Oak Street poboy festival

pb2305616The second annual Poboy Fest on Oak Stree in Carrollton (a neighborhood of Uptown New Orleans) yesterday featured dozens of varieties of our native sandwich.  Pascale’s Manale restaurant dished up a barbecued shrimp poboy, bursting with juicy shrimp stuffed into a hollowed-out nose end of a poboy loaf.  I sampled hot sausage, chicken sausage with an onion & mushroom ragout (kudos to the Crescent City Pie & Sausage guys for using Binder’s french bread), hamburger w/applewood smoked bacon, barbecued pulled pork, and cochon du lait poboys, as well as hazelnut and chocolate gelato from Gelato Pazzo.

Lest you think I’m a glutton, most vendors sold $2-$5 “sample” size mini poboys, allowing for a greater variety of tastes–a definite improvement since last year’s inaugural event.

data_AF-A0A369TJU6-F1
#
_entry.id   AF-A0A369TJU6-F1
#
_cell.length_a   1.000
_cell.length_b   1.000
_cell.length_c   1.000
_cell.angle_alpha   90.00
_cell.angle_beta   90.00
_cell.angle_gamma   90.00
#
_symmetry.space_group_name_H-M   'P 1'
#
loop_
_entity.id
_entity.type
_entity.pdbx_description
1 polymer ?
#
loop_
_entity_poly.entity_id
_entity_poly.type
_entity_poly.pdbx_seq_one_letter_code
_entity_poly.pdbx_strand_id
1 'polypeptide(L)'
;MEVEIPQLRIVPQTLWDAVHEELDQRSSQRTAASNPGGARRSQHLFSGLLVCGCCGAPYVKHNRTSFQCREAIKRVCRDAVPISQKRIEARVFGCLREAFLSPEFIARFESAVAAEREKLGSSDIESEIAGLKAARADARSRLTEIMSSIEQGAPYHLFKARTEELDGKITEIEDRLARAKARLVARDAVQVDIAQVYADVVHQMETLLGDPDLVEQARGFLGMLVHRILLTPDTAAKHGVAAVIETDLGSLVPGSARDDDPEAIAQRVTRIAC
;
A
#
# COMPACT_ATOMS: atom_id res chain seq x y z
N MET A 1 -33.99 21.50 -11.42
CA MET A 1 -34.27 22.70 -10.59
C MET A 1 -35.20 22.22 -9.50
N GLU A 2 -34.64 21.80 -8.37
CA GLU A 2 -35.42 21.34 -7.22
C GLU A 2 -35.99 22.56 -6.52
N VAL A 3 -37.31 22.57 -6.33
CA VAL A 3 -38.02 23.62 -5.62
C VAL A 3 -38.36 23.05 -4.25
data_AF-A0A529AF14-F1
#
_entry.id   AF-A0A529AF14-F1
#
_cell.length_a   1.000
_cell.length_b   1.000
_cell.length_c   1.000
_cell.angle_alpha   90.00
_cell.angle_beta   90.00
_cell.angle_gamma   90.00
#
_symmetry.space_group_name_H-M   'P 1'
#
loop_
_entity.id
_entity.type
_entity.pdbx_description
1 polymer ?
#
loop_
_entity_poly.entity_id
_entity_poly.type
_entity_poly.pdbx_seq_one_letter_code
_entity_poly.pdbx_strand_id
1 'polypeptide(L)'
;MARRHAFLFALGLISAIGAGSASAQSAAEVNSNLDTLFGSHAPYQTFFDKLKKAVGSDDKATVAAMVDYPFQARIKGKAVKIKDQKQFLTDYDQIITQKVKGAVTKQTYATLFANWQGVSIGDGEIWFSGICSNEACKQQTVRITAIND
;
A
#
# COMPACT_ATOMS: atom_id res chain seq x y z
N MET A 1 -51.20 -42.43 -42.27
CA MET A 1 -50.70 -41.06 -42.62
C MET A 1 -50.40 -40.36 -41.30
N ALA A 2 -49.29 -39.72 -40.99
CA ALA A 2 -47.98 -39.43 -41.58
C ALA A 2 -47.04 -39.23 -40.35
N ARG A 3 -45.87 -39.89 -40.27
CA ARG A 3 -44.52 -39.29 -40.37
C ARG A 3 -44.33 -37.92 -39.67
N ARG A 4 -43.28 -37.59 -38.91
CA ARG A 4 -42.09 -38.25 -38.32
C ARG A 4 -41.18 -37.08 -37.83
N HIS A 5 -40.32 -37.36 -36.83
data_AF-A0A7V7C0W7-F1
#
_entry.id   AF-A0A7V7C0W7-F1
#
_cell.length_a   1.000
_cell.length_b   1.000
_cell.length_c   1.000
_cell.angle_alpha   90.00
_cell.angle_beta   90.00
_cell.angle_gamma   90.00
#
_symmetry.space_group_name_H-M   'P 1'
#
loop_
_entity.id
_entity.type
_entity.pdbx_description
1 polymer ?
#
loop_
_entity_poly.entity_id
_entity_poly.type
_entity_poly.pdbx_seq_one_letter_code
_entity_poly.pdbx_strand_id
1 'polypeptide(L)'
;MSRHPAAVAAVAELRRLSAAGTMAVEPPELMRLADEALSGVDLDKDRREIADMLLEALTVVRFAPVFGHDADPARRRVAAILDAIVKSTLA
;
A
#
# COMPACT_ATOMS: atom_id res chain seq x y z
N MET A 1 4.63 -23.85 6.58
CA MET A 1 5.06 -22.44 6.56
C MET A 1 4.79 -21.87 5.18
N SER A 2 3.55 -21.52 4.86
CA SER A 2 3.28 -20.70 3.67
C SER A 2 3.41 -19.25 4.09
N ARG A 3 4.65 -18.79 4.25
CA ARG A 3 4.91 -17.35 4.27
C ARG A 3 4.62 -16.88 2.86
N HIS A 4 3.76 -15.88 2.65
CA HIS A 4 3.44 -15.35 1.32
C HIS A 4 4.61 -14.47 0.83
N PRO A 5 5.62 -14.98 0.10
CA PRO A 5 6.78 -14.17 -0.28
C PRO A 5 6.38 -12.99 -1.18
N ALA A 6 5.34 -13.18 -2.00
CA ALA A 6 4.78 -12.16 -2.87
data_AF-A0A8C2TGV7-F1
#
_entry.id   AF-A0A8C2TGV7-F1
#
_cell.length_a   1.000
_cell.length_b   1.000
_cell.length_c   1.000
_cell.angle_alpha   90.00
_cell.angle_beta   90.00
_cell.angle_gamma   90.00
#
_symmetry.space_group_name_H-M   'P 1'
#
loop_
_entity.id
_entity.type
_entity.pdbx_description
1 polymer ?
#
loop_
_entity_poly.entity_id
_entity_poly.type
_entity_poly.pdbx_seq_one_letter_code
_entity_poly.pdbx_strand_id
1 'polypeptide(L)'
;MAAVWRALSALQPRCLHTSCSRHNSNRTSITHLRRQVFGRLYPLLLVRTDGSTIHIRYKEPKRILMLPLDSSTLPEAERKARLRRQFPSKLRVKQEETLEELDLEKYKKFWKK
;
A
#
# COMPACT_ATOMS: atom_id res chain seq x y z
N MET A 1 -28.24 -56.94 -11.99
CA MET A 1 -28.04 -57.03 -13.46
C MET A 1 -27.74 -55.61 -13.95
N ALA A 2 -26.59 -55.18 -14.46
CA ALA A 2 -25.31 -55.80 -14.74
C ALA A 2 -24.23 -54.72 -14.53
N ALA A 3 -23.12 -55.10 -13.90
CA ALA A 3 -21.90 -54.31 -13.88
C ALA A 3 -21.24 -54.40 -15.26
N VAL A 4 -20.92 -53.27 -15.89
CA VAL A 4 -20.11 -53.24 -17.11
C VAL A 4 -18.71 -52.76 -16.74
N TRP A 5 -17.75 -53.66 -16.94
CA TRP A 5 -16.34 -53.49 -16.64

pb2305623The fest reminds me of a current peeve:  why have restaurateurs and caterers in New Orleans adopted the moniker “cochon du lait” to refer to pulled pork? 

Traditionally, cochon du lait is a smallish pig, roasted skin-on over or in front of an open fire; it delivers the platonian ideal of crispy skin and juicy, succulent meat.  Like lechon in the Philippines, or a shiny, cracklin-skinned movie pig with an apple tucked inside its mouth.  It isn’t wet-cooked, pulled pork, nor is it a slow-cooked pork butt.  Where I’m from, slow-cooked pork seasoned simply and self-basted in its own rendering fat is another dish entirely:  it’s called routee (a departure from the more orthodox French spelling of roti). 

Ah, well, language is a living thing….too bad that the city folks sucking down $7 cochon du lait poboys don’t know the true joys of the real thing.  If you’d like to see how cochon du lait is really made, check out this website, complete with photos & recipes.

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